This blog is about the story of my family here in America. We arrived in the 1630s as Puritans, and became the common folk of the New World.

Why legal documents have always had the name of a spouse

If you've spent much time looking at old legal documents of your ancestors, you may have noticed that it always seems to include the spouse's name. For example, when your ancestor Hezikiah Subukowitz bought the family farm in 1888, it included the name of his wife. Even when I bought my house, a few years ago, the document clearly stated that I was a *single man*. So why all this interest in your marital status? What difference does that make? Why are they so nosey?

It has to do with identifying someone. Even back in 1888, there were a lot of Hezikiah Subukowitzes around, even with the same birthdate. So, spouses were used to differentiate. The chances were awfully slim that there would be two Hezikiah Subukowizes who were both married to a woman named Zelda. It may have happened, but it would have been very, very rare.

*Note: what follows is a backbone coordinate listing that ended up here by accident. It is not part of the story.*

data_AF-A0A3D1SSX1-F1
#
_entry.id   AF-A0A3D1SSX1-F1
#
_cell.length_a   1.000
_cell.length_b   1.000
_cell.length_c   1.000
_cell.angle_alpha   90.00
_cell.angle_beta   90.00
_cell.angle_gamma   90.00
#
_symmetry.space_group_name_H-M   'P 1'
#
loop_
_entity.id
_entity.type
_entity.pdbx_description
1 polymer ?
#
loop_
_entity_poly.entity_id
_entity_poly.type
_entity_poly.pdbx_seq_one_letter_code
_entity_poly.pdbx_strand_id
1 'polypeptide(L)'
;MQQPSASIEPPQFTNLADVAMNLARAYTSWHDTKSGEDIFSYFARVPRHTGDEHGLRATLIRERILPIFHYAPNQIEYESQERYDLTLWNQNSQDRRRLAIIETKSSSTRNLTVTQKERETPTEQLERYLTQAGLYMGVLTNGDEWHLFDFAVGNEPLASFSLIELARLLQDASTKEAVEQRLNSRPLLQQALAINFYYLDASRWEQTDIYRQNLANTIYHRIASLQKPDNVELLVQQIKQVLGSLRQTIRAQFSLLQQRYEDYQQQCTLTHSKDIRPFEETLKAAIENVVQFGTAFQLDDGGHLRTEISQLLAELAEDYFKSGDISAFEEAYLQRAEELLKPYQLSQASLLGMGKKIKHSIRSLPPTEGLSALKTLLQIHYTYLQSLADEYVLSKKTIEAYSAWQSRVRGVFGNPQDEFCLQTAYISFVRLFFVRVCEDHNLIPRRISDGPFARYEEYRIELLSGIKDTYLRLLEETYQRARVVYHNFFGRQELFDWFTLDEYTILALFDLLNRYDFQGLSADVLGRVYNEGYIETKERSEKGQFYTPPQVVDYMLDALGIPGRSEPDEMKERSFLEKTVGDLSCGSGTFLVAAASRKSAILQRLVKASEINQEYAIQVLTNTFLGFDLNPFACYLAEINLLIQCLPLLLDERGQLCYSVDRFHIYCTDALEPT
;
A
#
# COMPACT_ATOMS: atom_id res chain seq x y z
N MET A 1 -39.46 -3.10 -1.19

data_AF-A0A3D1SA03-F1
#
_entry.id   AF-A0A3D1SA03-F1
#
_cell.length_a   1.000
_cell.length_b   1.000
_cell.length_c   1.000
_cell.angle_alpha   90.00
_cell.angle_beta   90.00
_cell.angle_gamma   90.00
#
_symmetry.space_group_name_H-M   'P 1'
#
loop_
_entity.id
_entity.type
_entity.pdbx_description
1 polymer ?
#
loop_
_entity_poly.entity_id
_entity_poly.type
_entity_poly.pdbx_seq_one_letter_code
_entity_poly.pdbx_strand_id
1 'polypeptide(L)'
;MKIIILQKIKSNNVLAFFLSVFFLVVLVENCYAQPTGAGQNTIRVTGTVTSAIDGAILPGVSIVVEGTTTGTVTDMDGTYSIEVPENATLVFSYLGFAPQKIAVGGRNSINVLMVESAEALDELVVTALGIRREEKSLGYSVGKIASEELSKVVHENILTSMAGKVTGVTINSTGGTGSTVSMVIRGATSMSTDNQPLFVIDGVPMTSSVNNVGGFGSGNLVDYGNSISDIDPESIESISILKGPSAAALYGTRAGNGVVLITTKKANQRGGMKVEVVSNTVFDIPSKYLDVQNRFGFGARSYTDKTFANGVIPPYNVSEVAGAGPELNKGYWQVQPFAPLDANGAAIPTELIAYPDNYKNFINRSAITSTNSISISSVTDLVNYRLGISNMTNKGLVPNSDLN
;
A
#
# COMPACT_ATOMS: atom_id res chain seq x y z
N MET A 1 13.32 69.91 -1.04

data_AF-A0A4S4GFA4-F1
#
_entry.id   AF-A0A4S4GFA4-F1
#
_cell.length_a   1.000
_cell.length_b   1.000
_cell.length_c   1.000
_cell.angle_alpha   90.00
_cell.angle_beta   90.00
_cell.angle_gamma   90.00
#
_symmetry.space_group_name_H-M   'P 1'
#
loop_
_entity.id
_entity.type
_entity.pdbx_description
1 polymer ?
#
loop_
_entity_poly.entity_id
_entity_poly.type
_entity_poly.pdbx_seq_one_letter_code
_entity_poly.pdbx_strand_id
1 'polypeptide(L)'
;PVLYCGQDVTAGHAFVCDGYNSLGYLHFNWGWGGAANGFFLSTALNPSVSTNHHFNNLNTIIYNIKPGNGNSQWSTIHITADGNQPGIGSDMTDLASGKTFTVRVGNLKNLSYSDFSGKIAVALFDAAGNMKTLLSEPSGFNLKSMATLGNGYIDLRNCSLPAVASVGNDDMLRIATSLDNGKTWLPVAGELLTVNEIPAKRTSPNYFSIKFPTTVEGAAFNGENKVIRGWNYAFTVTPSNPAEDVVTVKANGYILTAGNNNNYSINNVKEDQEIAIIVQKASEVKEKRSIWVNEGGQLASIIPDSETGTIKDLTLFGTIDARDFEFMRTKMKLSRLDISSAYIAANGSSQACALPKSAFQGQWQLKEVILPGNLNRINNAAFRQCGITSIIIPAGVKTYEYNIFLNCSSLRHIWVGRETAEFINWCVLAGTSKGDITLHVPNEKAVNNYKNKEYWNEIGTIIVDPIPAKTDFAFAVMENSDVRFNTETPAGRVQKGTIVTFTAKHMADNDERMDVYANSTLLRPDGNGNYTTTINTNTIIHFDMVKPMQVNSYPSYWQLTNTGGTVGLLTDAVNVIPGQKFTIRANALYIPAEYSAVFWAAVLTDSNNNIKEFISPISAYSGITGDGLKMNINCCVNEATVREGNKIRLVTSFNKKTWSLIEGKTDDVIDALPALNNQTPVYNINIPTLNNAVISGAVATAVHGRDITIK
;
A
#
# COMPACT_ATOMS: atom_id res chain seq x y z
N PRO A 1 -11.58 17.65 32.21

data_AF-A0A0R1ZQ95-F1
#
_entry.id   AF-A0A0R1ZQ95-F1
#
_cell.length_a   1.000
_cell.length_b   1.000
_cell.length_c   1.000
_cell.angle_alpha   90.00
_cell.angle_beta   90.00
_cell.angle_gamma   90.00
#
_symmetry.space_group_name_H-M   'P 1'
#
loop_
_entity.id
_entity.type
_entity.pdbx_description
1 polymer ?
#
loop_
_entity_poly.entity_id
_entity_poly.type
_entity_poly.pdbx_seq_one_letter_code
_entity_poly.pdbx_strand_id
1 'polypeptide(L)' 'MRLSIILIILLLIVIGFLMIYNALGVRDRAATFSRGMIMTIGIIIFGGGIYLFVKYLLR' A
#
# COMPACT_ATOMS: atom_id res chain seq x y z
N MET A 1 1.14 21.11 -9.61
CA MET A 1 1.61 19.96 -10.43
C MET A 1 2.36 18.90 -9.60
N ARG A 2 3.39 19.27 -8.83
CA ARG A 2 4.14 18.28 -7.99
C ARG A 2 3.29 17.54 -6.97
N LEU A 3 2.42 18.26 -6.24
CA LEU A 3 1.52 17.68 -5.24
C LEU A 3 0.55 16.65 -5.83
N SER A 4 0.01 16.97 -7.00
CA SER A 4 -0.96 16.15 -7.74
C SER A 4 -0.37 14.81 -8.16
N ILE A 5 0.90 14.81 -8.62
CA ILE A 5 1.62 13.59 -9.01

Just having a name, even with a birth year, doesn't guarantee that you have identified someone correctly. I share the same name and birth year as the man who is married to Julia Louis-Dreyfus. Of course, I'm not, so you know which Brad Hall you are dealing with.

Of course, today there are lots of other ways to conclusively identify someone, such as social security numbers, fingerprints, DNA. But back in your ancestors day, they had to make do with what worked, and the names of both spouses, with their signatures, was pretty iron-clad.
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